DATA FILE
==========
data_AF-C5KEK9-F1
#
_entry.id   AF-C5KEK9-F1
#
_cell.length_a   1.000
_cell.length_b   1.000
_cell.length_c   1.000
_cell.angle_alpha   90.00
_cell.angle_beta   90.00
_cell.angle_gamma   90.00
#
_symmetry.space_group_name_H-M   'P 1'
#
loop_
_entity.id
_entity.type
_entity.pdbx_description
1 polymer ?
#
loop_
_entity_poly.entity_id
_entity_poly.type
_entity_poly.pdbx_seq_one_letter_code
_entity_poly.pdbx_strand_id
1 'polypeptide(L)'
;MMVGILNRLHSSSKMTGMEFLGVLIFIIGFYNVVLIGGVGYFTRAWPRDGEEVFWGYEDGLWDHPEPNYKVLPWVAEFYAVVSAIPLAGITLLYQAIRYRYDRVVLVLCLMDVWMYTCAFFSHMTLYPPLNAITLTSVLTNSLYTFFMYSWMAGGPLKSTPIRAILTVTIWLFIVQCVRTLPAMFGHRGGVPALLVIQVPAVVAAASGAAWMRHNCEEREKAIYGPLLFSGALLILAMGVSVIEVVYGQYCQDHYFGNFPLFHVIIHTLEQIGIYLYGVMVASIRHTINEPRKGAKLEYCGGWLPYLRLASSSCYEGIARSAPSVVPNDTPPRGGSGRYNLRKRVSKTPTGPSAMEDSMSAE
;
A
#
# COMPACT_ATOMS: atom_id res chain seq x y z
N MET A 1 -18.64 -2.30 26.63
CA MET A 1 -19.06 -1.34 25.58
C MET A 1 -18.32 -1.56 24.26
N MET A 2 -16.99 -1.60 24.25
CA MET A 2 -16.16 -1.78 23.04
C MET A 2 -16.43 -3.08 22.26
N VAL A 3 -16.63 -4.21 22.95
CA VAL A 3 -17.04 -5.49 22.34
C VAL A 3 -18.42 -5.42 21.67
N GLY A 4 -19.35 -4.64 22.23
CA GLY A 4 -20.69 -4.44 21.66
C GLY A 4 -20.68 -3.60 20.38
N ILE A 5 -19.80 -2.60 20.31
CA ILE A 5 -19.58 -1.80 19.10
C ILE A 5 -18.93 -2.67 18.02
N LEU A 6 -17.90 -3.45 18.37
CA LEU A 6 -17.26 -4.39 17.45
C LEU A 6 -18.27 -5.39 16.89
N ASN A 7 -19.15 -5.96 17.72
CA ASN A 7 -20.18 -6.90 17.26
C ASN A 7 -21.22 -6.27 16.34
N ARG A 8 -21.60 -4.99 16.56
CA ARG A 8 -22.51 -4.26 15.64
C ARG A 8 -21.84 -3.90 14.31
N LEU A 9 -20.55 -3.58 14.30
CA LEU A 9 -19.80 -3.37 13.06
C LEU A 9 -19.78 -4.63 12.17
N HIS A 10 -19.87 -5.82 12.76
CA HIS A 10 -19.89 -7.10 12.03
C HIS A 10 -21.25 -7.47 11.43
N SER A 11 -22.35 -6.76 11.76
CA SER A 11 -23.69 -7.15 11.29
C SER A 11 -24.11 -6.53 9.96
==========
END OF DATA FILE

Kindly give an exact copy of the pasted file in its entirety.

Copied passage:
data_AF-C5KEK9-F1
#
_entry.id   AF-C5KEK9-F1
#
_cell.length_a   1.000
_cell.length_b   1.000
_cell.length_c   1.000
_cell.angle_alpha   90.00
_cell.angle_beta   90.00
_cell.angle_gamma   90.00
#
_symmetry.space_group_name_H-M   'P 1'
#
loop_
_entity.id
_entity.type
_entity.pdbx_description
1 polymer ?
#
loop_
_entity_poly.entity_id
_entity_poly.type
_entity_poly.pdbx_seq_one_letter_code
_entity_poly.pdbx_strand_id
1 'polypeptide(L)'
;MMVGILNRLHSSSKMTGMEFLGVLIFIIGFYNVVLIGGVGYFTRAWPRDGEEVFWGYEDGLWDHPEPNYKVLPWVAEFYAVVSAIPLAGITLLYQAIRYRYDRVVLVLCLMDVWMYTCAFFSHMTLYPPLNAITLTSVLTNSLYTFFMYSWMAGGPLKSTPIRAILTVTIWLFIVQCVRTLPAMFGHRGGVPALLVIQVPAVVAAASGAAWMRHNCEEREKAIYGPLLFSGALLILAMGVSVIEVVYGQYCQDHYFGNFPLFHVIIHTLEQIGIYLYGVMVASIRHTINEPRKGAKLEYCGGWLPYLRLASSSCYEGIARSAPSVVPNDTPPRGGSGRYNLRKRVSKTPTGPSAMEDSMSAE
;
A
#
# COMPACT_ATOMS: atom_id res chain seq x y z
N MET A 1 -18.64 -2.30 26.63
CA MET A 1 -19.06 -1.34 25.58
C MET A 1 -18.32 -1.56 24.26
N MET A 2 -16.99 -1.60 24.25
CA MET A 2 -16.16 -1.78 23.04
C MET A 2 -16.43 -3.08 22.26
N VAL A 3 -16.63 -4.21 22.95
CA VAL A 3 -17.04 -5.49 22.34
C VAL A 3 -18.42 -5.42 21.67
N GLY A 4 -19.35 -4.64 22.23
CA GLY A 4 -20.69 -4.44 21.66
C GLY A 4 -20.68 -3.60 20.38
N ILE A 5 -19.80 -2.60 20.31
CA ILE A 5 -19.58 -1.80 19.10
C ILE A 5 -18.93 -2.67 18.02
N LEU A 6 -17.90 -3.45 18.37
CA LEU A 6 -17.26 -4.39 17.45
C LEU A 6 -18.27 -5.39 16.89
N ASN A 7 -19.15 -5.96 17.72
CA ASN A 7 -20.18 -6.90 17.26
C ASN A 7 -21.22 -6.27 16.34
N ARG A 8 -21.60 -4.99 16.56
CA ARG A 8 -22.51 -4.26 15.64
C ARG A 8 -21.84 -3.90 14.31
N LEU A 9 -20.55 -3.58 14.30
CA LEU A 9 -19.80 -3.37 13.06
C LEU A 9 -19.78 -4.63 12.17
N HIS A 10 -19.87 -5.82 12.76
CA HIS A 10 -19.89 -7.10 12.03
C HIS A 10 -21.25 -7.47 11.43
N SER A 11 -22.35 -6.76 11.76
CA SER A 11 -23.69 -7.15 11.29
C SER A 11 -24.11 -6.53 9.96